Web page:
General Motors doesn't plan to build or close any plants and will use its existing manufacturing footprint as it transitions to electric vehicles.

GM's top manufacturing executive said the automaker will convert some factories to build only EVs and others to build both electric and gasoline vehicles.

Gerald Johnson, GM's executive vice president of global manufacturing and sustainability, revealed details about the automaker's manufacturing strategy in an interview with Automotive News, basically admitting that General Motors has no plans to build all-new factories for EVs.

"I'm sure we will do more all-EV plants, but we assess every plant based on its infrastructure and what it can handle and what we can convert, [refurbish] or maybe even just expand slightly so that we can accommodate what we need for EV production and for ICE production."

He said he does not expect GM to close any facilities, adding that the carmaker's goal is to efficiently use its existing footprint.

Gallery: 2022 GMC Hummer EV Pickup Production At Factory ZERO

“We're trying to keep that flexibility and that bandwidth to be able to flex up EVs or ICE as we move forward, knowing that the transformation is still going to happen over time," Johnson noted, adding that GM currently has "the right bandwidth" to support the balance between EV and ICE production.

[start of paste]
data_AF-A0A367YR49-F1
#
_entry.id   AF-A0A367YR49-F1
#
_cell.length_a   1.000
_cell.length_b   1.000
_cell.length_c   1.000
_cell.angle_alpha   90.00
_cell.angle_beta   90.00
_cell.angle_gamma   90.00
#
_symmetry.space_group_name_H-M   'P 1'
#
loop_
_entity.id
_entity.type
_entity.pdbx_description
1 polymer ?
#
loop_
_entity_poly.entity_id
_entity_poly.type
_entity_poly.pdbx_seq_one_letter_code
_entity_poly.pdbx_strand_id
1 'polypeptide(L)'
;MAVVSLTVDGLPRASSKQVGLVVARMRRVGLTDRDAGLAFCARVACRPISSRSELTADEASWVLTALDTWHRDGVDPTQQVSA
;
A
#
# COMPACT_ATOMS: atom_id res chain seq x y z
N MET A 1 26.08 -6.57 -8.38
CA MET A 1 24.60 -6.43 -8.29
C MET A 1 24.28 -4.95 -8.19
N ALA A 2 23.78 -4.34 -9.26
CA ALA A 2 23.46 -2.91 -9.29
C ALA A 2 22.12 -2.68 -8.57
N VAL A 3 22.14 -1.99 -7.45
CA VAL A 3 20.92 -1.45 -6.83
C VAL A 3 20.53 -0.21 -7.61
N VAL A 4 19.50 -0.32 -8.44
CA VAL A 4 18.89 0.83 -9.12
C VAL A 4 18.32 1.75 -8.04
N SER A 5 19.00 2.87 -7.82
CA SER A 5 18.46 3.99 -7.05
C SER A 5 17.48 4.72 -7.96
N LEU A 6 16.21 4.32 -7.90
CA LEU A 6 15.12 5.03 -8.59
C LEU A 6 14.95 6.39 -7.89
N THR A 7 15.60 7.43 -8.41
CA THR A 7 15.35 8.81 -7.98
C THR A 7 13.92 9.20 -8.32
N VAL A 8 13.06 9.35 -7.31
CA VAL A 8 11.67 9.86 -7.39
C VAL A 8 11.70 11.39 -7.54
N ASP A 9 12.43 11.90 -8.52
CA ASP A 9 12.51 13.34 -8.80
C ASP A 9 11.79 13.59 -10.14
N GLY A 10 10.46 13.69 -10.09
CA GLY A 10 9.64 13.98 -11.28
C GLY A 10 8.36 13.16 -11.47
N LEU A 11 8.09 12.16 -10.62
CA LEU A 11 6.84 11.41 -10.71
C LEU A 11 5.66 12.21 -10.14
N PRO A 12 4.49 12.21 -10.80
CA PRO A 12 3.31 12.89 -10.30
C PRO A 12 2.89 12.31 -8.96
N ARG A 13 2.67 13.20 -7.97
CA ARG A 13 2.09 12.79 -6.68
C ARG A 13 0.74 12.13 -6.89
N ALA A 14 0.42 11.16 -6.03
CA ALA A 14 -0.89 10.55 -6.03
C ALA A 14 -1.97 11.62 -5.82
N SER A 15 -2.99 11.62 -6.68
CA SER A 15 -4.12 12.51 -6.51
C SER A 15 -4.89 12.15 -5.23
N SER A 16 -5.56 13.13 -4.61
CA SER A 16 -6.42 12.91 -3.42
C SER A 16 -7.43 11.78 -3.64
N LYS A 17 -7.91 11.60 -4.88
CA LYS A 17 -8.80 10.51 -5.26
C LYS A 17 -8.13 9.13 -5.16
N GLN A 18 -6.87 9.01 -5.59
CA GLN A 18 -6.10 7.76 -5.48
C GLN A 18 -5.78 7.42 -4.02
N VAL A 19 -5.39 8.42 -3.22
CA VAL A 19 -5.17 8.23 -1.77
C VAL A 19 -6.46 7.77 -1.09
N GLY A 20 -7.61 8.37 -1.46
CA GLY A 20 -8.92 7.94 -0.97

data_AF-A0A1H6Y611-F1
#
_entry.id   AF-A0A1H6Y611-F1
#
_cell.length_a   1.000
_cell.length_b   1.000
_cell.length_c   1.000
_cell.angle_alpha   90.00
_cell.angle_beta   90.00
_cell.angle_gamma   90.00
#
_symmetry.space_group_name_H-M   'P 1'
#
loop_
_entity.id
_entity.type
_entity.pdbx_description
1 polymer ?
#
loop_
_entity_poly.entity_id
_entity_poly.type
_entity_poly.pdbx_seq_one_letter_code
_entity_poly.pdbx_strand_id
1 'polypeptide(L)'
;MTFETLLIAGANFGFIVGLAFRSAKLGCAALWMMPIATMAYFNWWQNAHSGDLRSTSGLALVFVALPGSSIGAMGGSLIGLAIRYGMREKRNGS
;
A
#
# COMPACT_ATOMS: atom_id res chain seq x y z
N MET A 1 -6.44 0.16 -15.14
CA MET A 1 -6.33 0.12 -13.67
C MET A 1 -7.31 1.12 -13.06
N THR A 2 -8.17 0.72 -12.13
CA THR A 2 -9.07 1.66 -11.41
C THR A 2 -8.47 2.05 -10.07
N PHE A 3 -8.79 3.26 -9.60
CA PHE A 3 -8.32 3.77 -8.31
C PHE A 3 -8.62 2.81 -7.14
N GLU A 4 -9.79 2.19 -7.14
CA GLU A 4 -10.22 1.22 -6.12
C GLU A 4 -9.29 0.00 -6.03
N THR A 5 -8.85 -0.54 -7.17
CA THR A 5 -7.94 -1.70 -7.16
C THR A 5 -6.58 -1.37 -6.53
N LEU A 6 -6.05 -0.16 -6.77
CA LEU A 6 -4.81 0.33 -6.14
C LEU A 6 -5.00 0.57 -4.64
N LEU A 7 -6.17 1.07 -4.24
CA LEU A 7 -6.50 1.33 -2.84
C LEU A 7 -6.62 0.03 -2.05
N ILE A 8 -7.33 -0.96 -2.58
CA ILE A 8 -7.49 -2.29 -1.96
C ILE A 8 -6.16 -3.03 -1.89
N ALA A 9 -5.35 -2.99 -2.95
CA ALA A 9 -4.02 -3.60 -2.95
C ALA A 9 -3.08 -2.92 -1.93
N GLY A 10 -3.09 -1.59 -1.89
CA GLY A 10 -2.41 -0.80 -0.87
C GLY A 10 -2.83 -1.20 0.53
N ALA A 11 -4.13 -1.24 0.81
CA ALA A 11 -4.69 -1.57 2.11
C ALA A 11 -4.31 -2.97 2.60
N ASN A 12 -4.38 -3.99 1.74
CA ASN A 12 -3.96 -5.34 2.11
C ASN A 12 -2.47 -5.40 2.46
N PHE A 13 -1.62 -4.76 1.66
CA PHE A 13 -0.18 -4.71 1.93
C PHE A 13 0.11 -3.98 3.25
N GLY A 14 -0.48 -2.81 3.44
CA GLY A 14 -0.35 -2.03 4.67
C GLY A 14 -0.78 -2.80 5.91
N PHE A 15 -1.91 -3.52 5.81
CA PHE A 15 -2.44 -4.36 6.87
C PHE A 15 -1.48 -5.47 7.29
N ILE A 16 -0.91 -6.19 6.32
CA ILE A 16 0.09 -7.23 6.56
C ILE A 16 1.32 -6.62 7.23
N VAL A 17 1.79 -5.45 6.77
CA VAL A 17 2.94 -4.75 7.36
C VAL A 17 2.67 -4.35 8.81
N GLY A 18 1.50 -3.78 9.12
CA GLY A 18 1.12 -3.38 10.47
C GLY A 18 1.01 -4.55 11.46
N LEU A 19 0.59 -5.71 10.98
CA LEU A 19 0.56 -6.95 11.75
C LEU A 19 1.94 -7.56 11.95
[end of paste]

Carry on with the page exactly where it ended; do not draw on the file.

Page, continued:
Johnson delivered these statements at Flint Assembly, where GM plans to invest more than $780 million to build next-generation gas-powered heavy-duty trucks for Chevrolet and GMC.

GM previously converted the Detroit-Hamtramck assembly plant in Michigan into Factory Zero, its first EV-only plant, where the GMC Hummer EV and SUV are made – soon to be joined by the Chevrolet Silverado EV and GMC Sierra EV.

The automaker will also begin building electric pickups at Orion Assembly in Michigan after the Chevrolet Bolt EV and EUV go out of production later this year. In addition, GM is building the electric Cadillac Lyriq electric crossover in Spring Hill, Tennessee, alongside the gas-powered XT5 and XT6 crossover.

Unlike GM, Ford is building an all-new electric vehicle assembly plant as part of the $5.6 billion BlueOval City mega campus in Stanton, Tennessee. The company will build future electric F-Series models there – including the so-called Project T3 – alongside batteries made under the BlueOval SK joint venture with SK On.

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